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Everything about the technology breakthroughs of driverless cars has become a thorny debate. When will they hit the roads? Are they viable? So-called “flying cars” are often considered part of that category – a yet to be fulfilled promise. However, UAMs, or urban air mobility vehicles, could become part of the new urban mobility before their ground-based self-driving counterparts. This article explains why and some of the leading technologies that are involved.

What is urban air mobility?

Urban Air Mobility is the term used to describe the new paradigm for air transport of vehicles and goods in our cities. The European Union’s Aviation Safety Agency estimates that it will become a reality within three to five years. That is, by the middle of this decade.

This does not mean that we will witness swarms of flying vehicles overnight. However, they will start to be used to solve some of the mobility challenges in cities – pollution, traffic congestion, accidents, and others.

The vehicles most likely to play a leading role in urban air mobility are eVTOLs, i.e., electric vertical take-off and landing vehicles. As this is the convergence of cars and aircraft, large aviation companies such as Boeing and Airbus and car manufacturers are currently developing commercial models. 


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What will flying cars in cities look like?

Futuristic visions are useless if they do not respond to real problems. The new generation of flying vehicles for cities or eVTOLs will be sustainable, user-centric, and self-piloted or equipped with simple controls.

Currently, flying a helicopter or airplane requires complex certifications beyond the average citizen’s reach. eVTOLs will seek to democratize flight with electronic control technologies such as fly-by-wire systems to simplify their operation.

Autonomous eVTOLs will likely appear sooner than self-driving cars since there are fewer obstacles in the air, such as pedestrians, traffic signs, etc. Besides solving the physical challenges of aerial navigation, the critical issue will be the existence of communication protocols between vehicles that allow traffic control and collision avoidance. In other words, an ecosystem that prevents a Wild West in the skies.

Urban aerial mobility vehicles, popularly known as “flying cars,” will offer the following characteristics:   

  • 100% electric
  • Vertical take-off capability
  • Fly-by-wire control systems
  • A high degree of autonomy and safety

Main eVTOL models

As noted, the leading aircraft and car manufacturers are already at work and, in the coming years, we will see their proposals. There are dozens of companies developing their vehicles. In some cases, these are prototypes that have barely passed the computer graphics stage, while others are much more advanced. Here are some of the most relevant ones:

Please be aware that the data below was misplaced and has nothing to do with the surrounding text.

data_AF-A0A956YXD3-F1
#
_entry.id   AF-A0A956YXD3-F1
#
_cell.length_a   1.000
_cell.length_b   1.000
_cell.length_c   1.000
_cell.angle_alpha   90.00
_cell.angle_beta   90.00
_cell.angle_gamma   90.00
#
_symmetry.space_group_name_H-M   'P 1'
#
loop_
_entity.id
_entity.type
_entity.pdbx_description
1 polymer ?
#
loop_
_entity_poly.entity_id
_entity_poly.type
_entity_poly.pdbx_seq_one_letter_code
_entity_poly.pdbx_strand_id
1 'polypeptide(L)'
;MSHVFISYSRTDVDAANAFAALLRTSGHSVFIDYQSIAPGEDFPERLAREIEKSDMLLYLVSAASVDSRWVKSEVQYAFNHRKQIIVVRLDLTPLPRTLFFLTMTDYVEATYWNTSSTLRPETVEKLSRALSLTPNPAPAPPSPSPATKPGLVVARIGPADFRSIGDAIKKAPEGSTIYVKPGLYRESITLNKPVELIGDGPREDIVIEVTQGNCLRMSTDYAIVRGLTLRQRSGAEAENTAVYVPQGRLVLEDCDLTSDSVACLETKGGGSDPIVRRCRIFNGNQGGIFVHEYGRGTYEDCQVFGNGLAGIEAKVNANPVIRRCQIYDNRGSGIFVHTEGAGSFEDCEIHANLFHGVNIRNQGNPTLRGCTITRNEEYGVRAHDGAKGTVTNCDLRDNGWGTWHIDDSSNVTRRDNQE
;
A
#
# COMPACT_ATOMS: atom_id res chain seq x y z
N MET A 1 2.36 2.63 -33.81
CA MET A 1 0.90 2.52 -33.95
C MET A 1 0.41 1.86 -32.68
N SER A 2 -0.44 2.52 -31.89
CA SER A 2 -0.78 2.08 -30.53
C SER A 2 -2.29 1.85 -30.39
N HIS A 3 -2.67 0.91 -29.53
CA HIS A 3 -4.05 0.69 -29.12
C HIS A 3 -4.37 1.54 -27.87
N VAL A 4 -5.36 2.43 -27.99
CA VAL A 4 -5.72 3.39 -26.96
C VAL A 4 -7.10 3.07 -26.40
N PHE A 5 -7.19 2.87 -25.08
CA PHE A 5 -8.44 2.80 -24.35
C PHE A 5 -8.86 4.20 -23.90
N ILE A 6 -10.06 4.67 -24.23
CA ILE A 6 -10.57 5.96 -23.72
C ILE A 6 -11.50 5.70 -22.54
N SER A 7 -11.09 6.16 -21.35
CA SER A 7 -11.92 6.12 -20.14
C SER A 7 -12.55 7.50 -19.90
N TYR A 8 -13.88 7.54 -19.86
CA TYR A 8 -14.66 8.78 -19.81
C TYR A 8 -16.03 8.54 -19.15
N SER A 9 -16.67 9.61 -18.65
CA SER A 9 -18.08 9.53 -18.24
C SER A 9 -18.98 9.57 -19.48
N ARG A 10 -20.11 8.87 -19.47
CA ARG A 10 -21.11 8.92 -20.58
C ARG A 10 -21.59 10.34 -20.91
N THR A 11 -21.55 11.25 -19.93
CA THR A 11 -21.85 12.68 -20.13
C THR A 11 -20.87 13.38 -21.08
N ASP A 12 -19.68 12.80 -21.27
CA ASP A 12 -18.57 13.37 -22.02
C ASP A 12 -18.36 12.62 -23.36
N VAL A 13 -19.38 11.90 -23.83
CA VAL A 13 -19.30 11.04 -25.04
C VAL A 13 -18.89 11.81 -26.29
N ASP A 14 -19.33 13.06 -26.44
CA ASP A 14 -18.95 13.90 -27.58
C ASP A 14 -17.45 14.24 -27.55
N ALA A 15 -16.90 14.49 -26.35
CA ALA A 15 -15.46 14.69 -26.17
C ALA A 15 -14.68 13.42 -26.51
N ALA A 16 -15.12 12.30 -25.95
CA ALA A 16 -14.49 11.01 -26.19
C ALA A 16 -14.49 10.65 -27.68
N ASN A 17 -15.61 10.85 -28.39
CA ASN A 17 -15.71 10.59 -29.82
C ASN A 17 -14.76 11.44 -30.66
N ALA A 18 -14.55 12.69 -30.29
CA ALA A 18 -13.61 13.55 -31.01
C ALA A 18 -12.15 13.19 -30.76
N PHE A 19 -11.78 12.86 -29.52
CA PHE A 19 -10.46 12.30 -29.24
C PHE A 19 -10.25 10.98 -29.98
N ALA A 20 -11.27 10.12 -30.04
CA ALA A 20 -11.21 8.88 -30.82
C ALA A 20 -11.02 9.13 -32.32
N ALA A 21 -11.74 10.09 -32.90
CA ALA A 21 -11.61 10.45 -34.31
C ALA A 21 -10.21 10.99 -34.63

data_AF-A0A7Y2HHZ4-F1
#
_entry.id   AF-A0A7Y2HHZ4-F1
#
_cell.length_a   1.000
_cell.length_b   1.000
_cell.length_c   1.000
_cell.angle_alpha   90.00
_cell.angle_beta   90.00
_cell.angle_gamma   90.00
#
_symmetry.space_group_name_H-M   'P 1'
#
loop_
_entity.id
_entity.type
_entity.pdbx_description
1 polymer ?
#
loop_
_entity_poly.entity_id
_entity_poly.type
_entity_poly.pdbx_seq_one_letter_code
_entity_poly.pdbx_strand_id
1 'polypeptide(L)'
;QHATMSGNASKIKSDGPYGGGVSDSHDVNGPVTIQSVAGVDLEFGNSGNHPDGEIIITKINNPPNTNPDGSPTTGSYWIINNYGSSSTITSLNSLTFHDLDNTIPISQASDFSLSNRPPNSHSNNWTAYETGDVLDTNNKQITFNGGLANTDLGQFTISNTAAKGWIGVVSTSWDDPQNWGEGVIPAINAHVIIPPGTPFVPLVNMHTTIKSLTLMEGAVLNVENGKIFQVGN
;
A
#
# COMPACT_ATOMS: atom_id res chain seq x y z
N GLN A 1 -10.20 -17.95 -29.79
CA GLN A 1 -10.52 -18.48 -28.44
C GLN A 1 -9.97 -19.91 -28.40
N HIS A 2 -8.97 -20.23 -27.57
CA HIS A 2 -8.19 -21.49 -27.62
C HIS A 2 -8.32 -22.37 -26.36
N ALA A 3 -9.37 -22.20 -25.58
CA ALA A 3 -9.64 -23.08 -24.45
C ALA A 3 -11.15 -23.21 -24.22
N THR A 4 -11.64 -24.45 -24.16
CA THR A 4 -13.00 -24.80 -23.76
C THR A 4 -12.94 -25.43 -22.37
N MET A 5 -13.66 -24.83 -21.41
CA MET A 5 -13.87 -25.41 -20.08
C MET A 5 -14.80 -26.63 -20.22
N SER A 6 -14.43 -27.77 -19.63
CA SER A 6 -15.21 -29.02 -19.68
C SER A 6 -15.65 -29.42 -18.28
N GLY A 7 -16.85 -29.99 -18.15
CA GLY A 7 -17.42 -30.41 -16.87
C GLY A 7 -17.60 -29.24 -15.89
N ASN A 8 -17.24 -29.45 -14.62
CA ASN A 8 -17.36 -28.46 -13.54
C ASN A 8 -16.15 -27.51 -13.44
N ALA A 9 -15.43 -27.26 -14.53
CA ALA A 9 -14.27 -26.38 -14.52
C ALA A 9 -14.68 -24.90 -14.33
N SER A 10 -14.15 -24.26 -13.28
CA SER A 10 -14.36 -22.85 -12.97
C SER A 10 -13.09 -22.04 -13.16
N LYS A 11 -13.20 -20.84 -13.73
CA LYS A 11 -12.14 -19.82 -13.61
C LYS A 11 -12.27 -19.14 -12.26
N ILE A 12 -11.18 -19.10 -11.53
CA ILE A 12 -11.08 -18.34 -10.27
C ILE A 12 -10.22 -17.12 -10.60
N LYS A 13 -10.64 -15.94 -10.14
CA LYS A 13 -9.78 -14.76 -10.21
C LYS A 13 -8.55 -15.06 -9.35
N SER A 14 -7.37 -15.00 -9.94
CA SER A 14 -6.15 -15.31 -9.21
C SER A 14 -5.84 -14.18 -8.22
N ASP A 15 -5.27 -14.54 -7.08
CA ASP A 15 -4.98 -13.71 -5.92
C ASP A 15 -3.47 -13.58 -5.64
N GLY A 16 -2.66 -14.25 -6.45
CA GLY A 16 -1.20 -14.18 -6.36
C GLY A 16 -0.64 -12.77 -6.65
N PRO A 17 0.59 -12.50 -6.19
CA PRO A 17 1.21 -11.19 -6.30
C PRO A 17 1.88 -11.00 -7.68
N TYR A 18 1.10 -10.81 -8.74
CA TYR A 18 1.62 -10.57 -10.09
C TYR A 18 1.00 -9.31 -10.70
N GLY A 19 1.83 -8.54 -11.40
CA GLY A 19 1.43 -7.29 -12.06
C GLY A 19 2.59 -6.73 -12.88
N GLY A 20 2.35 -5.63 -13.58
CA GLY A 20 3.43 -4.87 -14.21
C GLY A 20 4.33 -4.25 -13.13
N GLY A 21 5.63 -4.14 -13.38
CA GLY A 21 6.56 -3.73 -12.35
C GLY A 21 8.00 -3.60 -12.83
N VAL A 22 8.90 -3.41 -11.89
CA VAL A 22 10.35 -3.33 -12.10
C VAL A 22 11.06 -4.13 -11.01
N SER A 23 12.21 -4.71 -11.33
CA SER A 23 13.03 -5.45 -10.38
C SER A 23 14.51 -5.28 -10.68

• Airbus: At the end of 2021, Airbus announced its flying cab under the name of CityAirbus. It is a vehicle with rotors and a V-tail capable of reaching seventy-five per hour with a range of fifty miles. After tests with demonstration models, the first flight of its prototype is expected in 2023.
  • Joby: This is a startup that has teamed up with Uber to offer a new ride-sharing service, also electric, although with more ambitious specifications than those of Airbus. Its vehicle has been ten years in development and could reach one hundred and fifty-five miles per hour.
  • Eve: This company, with a valuation of $2.4 billion, is one of the most prominent in this new sector. In addition to developing an eVTOL with advanced features similar to Joby’s, its goal is to create an ecosystem that includes communications and logistics elements. To this end, it is signing agreements with numerous partners.

eVTOL applications

Urban air mobility is likely to move away from the current vehicle ownership model and have more to do with car sharing, which is already being implemented at ground level in large cities. For the time being, the following applications are on the horizon:

  • Aerotaxis: With a capacity of four to six passengers, some of the first eVTOLs we will see will likely belong to passenger transport companies.
  • Transportation and delivery of goods: With initiatives such as Amazon’s or Volocopter’s, this application could streamline parcel deliveries in cities.
  • Medical assistance: They could speed up the arrival of medical personnel and equipment to accident sites more efficiently than with a conventional helicopter and in urban areas.
  • Humanitarian assistance: These vehicles could also save human lives in war or natural disaster scenarios.
  • Firefighting: They could help control fires and evacuate buildings in cities.

Urban aerial mobility could be one of the critical elements of smart cities, but it still faces many challenges, especially in terms of autonomy and safety. By mid-decade, we will know whether we will have to continue to wait for it to materialize or whether its time has finally arrived.


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